I have searched a lot, and I can only find tables that show critical values up to n=30. Can someone provide, or point me to, a simple method of estimating this value for different $\alpha$?


2 Answers 2


For values over thirty the approximation (for a two-tailed test) is $$\frac{\Phi^{-1}\left(1-\tfrac{\alpha}{2}\right)}{\sqrt{n-1}}$$ so for example with $\alpha = 0.05$ and $n=100$ the numerator is about 1.96 and the denominator about 9.95, giving a critical value of about 0.197.

This comes from $\rho$ having approximately a normal distribution for large $n$, with mean $0$ and variance $1/(n − 1)$, assuming independence of the observations.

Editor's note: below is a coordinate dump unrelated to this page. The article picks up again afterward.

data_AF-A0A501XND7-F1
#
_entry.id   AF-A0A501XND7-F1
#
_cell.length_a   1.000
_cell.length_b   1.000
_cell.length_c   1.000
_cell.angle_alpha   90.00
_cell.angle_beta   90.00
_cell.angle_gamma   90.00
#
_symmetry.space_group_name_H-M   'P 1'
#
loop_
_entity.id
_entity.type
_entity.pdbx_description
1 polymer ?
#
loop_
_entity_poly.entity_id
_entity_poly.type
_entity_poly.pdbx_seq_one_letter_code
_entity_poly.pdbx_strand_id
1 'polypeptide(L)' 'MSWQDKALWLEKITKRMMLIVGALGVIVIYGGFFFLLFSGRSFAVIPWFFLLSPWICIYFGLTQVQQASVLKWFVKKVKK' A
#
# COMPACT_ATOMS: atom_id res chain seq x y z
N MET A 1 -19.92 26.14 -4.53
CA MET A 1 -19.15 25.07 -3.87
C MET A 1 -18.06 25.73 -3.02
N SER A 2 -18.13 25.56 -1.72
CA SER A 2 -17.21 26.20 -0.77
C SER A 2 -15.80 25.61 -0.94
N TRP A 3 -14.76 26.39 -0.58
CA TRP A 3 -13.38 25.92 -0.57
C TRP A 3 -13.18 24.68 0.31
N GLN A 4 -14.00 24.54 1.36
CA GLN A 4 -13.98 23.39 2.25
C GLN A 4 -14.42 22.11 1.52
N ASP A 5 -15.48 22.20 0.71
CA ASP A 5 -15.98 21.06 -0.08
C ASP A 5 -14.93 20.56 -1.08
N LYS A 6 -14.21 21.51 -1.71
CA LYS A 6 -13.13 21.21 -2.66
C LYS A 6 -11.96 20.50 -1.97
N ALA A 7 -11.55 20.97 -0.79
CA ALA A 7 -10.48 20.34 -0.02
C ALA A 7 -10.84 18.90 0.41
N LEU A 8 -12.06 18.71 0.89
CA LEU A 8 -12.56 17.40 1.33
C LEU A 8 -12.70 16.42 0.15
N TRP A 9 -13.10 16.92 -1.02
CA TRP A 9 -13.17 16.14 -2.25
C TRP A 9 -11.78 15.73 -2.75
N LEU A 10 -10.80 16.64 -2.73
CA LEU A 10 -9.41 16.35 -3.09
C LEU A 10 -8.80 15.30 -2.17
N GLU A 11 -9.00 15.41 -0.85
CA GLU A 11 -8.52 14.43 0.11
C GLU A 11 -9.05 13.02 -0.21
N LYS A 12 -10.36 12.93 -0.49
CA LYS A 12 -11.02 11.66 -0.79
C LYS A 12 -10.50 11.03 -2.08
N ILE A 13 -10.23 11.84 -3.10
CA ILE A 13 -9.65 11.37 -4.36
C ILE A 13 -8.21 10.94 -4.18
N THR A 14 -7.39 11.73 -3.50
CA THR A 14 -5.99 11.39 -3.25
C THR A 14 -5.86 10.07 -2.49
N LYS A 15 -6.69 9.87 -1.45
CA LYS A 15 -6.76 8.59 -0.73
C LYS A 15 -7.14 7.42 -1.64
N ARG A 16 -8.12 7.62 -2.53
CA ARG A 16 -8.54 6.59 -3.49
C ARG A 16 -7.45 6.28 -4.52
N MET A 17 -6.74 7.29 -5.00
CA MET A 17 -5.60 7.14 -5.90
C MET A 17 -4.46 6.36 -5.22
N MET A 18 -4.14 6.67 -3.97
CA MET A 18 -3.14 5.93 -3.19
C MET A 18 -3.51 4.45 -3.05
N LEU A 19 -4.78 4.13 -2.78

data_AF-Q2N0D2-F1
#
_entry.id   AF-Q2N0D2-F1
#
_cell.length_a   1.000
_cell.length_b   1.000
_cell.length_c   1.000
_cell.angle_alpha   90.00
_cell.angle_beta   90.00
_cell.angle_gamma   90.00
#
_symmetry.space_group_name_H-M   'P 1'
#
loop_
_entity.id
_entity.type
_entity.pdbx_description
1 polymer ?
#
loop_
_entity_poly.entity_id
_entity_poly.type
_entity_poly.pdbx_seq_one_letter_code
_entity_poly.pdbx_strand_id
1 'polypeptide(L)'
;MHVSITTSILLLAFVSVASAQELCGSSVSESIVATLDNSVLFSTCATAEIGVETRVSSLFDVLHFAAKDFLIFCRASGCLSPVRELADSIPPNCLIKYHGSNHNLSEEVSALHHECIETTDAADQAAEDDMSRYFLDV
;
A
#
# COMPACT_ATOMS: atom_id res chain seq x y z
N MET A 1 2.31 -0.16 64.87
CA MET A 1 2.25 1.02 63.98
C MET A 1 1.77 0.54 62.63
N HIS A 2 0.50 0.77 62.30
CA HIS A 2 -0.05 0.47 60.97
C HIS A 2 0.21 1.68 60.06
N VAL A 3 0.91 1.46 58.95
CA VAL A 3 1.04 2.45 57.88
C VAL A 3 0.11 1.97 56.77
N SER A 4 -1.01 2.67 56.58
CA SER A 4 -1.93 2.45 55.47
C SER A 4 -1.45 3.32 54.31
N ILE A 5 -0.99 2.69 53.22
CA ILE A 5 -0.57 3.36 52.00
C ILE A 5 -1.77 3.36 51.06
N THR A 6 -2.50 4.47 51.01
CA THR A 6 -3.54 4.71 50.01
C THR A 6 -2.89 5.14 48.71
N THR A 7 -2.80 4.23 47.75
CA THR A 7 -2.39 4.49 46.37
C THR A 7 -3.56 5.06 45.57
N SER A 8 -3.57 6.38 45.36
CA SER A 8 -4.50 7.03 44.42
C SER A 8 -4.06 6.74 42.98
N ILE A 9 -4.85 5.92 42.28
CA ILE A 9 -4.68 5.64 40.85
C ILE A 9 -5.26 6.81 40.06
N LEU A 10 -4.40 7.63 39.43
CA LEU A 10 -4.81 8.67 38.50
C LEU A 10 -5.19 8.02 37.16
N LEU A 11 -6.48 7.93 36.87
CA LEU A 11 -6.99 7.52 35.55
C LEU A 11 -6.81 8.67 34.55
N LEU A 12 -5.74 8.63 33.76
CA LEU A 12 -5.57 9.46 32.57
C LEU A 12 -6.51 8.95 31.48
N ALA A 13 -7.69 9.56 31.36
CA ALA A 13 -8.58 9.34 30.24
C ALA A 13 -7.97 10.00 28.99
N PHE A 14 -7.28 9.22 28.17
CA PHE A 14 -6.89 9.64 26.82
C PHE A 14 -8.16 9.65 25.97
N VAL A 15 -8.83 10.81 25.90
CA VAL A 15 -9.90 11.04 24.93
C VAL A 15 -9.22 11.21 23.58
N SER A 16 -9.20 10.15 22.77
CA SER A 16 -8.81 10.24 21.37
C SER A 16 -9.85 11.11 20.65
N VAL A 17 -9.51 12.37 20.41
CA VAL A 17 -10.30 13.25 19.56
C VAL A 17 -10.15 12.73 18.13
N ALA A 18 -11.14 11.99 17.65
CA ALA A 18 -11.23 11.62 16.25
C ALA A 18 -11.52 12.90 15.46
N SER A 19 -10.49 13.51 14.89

See Wikipedia: Spearman's rank correlation coefficient#Determining significance:

"One can test for significance using $$t = r \sqrt{\frac{n-2}{1-r^2}},$$ which is distributed approximately as Student's $t$ distribution with $n − 2$ degrees of freedom under the null hypothesis."

Here $r$ is the sample estimate of Spearman's rank correlation coefficient. The reason critical values often aren't tabulated for $n > 30$ is that this approximation gets better as $n$ gets larger, and is very good for $n > 30$. The Stata statistical software package uses this formula to calculate $p$-values for all values of $n$.


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